She discussed the major hereditary cancer syndromes, including those related to BRCA1/BRCA2. These are tumor suppressor genes involved in DNA damage recognition and repair, and are implicated in multiple cancers including breast, ovarian, pancreatic, melanoma, and prostate. Management strategies for patients with BRCA1/BRCA2 mutations include surgical options, increased screening/surveillance, chemopreventitive measures, and systemic treatments. For example, breast cancer screening is indicated earlier in those with BRCA1/BRCA2 mutation, and surgical options such as prophylactic mastectomy, hysterectomy (TAH), or bilateral salpingo-oophorectomy (BSO) can reduce risk of developing breast and ovarian cancer in these individuals by >95%. Other genes related to hereditary breast cancer include TP53, PTEN, STK11, CDH1, and others which can confer a more moderately elevated risk, such as ATM, CHEK2 and PALB2.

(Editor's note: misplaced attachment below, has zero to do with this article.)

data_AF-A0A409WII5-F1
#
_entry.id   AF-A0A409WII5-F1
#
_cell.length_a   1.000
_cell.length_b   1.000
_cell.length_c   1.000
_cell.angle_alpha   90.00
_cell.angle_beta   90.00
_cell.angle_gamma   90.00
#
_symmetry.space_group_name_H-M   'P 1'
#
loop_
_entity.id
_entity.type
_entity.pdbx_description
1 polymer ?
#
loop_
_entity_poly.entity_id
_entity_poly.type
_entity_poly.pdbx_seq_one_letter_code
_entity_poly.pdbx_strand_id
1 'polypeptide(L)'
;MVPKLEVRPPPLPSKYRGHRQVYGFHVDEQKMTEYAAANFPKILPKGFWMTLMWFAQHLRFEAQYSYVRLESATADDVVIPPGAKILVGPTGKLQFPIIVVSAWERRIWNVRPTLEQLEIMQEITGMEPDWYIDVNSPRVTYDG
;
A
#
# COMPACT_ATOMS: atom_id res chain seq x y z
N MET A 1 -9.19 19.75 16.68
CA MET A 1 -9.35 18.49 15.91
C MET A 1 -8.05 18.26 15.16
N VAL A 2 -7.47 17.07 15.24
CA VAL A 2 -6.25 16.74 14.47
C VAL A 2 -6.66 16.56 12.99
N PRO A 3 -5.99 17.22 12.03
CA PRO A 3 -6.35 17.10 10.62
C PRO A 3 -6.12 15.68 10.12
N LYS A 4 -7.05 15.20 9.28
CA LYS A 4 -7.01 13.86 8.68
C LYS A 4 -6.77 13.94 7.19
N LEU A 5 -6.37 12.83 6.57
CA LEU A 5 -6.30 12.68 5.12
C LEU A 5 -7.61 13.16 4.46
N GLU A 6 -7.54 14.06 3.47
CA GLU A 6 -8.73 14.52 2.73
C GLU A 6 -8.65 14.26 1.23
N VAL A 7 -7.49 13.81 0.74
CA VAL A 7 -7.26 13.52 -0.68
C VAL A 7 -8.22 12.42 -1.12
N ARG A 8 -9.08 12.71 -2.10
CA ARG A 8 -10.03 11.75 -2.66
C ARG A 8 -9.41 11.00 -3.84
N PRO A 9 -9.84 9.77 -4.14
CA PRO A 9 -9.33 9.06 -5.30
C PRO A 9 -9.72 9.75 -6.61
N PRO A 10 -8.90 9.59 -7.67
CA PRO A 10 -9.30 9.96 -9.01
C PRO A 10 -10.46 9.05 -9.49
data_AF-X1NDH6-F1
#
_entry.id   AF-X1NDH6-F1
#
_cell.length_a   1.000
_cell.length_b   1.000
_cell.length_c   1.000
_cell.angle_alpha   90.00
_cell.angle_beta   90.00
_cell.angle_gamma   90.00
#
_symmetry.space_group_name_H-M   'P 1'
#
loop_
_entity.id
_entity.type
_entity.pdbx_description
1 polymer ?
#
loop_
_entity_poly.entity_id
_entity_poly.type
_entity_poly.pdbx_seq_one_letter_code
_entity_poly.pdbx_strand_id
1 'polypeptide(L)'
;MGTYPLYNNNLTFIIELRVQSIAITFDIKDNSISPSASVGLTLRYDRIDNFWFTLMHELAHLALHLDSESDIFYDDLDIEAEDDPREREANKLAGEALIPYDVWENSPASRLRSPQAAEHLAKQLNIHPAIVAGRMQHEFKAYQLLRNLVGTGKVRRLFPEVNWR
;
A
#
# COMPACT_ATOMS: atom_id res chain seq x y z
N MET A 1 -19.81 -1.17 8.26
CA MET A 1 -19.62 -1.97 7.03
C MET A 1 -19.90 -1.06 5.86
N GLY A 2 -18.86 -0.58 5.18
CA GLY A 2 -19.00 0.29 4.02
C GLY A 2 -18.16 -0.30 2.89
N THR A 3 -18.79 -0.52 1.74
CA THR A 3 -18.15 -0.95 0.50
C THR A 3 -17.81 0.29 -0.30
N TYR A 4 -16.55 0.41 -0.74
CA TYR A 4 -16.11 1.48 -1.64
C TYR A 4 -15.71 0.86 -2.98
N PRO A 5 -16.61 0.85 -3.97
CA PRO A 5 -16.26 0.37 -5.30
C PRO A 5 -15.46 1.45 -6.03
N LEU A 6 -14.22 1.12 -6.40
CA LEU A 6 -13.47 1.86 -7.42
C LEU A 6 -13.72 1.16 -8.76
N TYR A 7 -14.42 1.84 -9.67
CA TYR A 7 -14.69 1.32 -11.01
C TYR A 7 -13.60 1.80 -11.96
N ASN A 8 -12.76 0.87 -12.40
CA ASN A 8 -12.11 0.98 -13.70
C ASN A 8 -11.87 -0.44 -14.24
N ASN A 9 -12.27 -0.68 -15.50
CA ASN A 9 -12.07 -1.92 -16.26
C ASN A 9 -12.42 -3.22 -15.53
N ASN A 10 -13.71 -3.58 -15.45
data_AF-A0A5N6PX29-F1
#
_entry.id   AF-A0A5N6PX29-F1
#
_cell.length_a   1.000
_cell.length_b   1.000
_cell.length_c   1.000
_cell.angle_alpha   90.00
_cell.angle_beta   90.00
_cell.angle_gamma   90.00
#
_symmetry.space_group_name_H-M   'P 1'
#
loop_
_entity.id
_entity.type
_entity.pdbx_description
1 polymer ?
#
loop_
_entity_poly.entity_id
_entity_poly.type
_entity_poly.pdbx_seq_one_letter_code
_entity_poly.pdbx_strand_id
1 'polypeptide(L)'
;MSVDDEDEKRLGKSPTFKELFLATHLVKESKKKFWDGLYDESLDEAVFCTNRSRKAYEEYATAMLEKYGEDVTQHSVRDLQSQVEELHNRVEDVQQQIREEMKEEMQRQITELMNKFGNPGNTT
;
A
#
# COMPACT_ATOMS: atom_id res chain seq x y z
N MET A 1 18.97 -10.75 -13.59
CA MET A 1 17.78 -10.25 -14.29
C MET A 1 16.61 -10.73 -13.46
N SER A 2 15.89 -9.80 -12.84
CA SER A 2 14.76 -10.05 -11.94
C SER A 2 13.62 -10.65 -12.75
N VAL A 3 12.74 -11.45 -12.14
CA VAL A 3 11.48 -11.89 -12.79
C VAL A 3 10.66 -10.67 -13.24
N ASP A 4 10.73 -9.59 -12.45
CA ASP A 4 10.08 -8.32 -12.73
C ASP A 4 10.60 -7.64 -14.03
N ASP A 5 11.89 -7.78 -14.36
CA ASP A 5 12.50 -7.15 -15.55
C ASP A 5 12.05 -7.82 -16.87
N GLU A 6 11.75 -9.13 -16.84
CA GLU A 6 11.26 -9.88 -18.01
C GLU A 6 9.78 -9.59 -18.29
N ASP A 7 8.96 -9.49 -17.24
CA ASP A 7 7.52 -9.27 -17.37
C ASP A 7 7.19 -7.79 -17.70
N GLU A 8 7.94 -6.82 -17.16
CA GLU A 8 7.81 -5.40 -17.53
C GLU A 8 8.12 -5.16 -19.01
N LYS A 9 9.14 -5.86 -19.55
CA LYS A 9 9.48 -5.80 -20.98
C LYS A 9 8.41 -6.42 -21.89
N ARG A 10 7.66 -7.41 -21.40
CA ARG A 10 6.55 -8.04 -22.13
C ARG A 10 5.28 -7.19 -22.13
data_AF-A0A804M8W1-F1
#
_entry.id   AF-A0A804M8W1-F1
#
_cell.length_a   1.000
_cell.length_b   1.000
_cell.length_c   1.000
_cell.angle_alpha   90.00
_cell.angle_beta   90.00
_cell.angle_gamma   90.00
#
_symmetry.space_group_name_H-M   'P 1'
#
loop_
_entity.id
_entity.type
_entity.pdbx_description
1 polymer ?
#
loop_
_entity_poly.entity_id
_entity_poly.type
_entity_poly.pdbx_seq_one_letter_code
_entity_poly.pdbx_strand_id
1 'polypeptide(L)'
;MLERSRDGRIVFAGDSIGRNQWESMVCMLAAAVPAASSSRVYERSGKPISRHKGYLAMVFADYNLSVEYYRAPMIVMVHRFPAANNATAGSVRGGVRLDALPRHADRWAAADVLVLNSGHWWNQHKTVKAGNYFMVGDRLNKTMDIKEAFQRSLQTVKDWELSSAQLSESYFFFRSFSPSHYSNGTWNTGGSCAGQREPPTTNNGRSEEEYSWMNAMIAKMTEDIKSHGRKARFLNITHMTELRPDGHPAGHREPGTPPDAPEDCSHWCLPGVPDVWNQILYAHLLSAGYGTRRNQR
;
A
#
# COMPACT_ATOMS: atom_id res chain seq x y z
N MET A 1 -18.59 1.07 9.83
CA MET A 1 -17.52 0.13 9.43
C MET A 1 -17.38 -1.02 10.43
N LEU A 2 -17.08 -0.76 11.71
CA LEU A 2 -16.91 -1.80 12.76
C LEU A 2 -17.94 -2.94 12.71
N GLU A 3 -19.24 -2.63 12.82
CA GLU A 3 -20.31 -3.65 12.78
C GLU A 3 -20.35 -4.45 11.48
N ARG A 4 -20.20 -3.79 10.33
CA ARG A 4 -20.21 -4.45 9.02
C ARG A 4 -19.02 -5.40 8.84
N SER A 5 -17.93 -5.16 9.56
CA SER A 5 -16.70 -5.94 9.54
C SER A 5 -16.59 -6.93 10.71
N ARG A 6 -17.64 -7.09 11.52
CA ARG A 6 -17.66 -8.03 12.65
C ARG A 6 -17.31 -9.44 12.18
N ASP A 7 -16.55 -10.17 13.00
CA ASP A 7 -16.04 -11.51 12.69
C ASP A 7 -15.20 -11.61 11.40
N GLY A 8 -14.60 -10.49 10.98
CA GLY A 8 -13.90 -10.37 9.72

She reviewed the role of Lynch Syndrome (LS) in hereditary colorectal cancer (CRC), which accounts for about 3% of all CRC. She noted that LS involves mutations in 5 genes which play a role in DNA mismatch repair, and as such the hallmark of LS is mismatch repair deficiency (dMMR) and microsatellite instability. The main risks for LS include CRC (up to 61%) and endometrial cancer (up to 57%) but also several other cancer types. As such, increased screening for CRC (colonoscopy) and interventions to prevent uterine and ovarian cancers (e.g. TAH/BSO) may be indicated for individuals with LS. There are a number of other rare inherited GI syndromes such as familial adenomatous polyposis (FAP) and juvenile polyposis, which may be suspected if patients have an excessive number of polyps, or specific types of polyps detected on colonoscopy.